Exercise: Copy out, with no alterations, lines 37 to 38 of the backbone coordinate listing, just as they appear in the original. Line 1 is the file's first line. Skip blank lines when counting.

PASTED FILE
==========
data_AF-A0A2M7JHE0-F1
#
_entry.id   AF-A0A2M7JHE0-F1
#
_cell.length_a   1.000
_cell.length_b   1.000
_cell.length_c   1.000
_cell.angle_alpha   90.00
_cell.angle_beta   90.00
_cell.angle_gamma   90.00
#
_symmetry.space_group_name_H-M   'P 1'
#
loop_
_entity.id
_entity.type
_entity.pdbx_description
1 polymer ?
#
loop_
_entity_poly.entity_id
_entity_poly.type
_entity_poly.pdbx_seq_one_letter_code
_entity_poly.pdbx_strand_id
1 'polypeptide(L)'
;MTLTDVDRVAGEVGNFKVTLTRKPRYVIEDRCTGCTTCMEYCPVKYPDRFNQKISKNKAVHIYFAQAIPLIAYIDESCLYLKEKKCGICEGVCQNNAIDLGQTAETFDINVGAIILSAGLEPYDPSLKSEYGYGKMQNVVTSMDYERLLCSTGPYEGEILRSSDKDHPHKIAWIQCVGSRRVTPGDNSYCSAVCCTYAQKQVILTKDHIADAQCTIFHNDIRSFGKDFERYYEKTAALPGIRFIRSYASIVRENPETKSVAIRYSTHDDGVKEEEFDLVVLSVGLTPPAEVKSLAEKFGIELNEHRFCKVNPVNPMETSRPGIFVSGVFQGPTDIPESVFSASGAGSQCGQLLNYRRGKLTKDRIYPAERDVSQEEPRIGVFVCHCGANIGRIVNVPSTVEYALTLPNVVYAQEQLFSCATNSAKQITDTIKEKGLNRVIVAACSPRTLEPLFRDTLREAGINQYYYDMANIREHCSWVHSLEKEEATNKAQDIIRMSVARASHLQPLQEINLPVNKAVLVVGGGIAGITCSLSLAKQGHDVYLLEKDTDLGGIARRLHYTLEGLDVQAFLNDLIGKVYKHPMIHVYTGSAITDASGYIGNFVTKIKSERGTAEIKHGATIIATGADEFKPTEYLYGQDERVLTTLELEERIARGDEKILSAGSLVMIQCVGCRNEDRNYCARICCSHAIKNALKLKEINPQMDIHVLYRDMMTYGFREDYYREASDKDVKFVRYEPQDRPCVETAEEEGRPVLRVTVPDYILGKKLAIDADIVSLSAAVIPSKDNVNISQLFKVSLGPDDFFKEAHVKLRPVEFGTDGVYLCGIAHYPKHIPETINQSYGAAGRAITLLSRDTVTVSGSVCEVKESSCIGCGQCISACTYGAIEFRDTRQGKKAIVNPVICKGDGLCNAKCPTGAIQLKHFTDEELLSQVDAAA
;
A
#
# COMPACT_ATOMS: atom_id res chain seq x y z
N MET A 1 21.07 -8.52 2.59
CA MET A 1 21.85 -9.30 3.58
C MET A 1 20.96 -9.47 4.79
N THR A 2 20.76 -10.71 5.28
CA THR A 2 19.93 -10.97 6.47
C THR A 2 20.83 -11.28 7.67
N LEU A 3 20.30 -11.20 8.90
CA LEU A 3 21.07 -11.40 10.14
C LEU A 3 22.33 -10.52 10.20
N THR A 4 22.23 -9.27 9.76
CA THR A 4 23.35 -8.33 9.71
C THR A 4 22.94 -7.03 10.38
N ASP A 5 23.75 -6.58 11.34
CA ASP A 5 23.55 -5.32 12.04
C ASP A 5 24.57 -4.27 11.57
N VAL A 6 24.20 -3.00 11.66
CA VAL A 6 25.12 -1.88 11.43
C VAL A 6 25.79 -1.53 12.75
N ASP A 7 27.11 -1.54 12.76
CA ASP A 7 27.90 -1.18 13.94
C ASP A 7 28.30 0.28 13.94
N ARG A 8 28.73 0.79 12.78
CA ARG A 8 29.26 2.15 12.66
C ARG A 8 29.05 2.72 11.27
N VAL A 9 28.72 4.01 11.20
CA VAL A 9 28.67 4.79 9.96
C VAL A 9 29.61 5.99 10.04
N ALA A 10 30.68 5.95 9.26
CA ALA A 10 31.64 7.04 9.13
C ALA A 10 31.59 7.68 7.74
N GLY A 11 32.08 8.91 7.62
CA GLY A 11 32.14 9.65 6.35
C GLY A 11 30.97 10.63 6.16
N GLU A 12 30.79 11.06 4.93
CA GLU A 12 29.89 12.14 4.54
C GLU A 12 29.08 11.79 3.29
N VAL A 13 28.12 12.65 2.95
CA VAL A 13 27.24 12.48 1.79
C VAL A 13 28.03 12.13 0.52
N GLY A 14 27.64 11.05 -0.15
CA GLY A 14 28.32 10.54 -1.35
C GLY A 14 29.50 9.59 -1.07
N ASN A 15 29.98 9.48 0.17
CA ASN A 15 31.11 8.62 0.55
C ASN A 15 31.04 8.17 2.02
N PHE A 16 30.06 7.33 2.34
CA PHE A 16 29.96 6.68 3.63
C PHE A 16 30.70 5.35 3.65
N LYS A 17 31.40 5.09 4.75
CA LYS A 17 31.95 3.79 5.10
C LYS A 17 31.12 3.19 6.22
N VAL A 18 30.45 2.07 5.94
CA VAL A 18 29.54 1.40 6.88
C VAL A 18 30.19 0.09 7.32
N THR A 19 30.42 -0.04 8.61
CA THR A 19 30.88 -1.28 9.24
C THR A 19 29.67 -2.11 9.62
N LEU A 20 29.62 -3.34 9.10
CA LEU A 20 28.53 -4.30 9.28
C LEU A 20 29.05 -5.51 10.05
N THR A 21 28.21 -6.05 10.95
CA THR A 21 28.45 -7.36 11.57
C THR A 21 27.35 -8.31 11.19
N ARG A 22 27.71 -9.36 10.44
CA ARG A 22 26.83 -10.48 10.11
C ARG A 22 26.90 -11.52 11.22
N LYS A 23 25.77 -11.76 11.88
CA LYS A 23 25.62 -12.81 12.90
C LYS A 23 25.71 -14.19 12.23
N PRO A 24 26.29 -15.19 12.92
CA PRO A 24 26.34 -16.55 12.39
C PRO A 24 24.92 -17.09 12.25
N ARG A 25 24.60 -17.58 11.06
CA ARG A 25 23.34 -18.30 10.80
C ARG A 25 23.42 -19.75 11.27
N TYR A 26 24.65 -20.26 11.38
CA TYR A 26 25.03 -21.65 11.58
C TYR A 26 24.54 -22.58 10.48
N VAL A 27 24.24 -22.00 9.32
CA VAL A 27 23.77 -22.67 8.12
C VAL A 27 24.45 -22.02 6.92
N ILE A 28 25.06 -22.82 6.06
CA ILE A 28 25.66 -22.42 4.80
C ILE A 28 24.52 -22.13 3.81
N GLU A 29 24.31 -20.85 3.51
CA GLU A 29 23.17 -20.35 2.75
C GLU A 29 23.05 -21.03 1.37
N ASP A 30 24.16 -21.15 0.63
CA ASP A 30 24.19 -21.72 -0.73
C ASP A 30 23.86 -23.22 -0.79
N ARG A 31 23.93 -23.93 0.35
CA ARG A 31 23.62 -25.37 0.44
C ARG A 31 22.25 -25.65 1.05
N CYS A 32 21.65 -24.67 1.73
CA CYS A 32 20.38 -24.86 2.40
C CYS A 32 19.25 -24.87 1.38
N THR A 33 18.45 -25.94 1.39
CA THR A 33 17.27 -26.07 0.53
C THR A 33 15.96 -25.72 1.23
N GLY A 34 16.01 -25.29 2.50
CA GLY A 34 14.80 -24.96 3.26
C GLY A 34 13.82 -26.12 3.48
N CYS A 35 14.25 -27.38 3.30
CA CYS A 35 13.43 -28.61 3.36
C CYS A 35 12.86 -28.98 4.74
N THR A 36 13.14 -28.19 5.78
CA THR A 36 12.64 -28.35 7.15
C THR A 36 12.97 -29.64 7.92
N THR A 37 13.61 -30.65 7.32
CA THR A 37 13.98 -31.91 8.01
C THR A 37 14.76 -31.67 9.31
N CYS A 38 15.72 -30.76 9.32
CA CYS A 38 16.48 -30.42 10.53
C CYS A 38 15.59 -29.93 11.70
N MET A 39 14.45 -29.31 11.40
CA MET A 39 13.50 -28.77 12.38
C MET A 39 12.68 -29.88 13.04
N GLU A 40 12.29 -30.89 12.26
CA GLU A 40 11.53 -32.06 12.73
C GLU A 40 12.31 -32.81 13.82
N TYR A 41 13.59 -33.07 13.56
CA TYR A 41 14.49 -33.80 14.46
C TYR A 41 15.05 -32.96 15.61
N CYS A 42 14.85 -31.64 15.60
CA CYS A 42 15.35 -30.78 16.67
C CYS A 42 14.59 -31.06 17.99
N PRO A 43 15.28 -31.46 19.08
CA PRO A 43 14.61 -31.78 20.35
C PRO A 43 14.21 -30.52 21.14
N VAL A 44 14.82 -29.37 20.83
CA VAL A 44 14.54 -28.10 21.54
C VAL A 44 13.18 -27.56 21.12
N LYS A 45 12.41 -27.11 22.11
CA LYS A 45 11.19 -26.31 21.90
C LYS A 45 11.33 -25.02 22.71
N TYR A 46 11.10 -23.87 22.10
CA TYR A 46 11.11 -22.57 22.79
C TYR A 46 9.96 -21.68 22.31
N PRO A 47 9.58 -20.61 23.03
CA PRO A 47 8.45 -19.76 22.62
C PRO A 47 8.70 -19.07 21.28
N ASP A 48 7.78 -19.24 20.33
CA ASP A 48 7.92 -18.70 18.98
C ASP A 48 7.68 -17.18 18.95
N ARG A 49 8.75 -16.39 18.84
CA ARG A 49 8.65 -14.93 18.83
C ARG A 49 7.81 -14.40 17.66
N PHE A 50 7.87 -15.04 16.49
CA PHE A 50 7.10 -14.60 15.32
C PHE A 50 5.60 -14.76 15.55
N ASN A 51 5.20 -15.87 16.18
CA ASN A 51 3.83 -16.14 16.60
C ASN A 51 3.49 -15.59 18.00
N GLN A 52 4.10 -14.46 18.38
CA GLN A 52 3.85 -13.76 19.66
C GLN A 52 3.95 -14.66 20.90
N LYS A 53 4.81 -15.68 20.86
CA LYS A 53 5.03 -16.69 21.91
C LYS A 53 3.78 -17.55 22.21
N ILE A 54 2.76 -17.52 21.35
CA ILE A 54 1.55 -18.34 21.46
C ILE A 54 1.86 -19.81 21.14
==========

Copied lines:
N LEU A 3 20.30 -11.20 8.90
CA LEU A 3 21.07 -11.40 10.14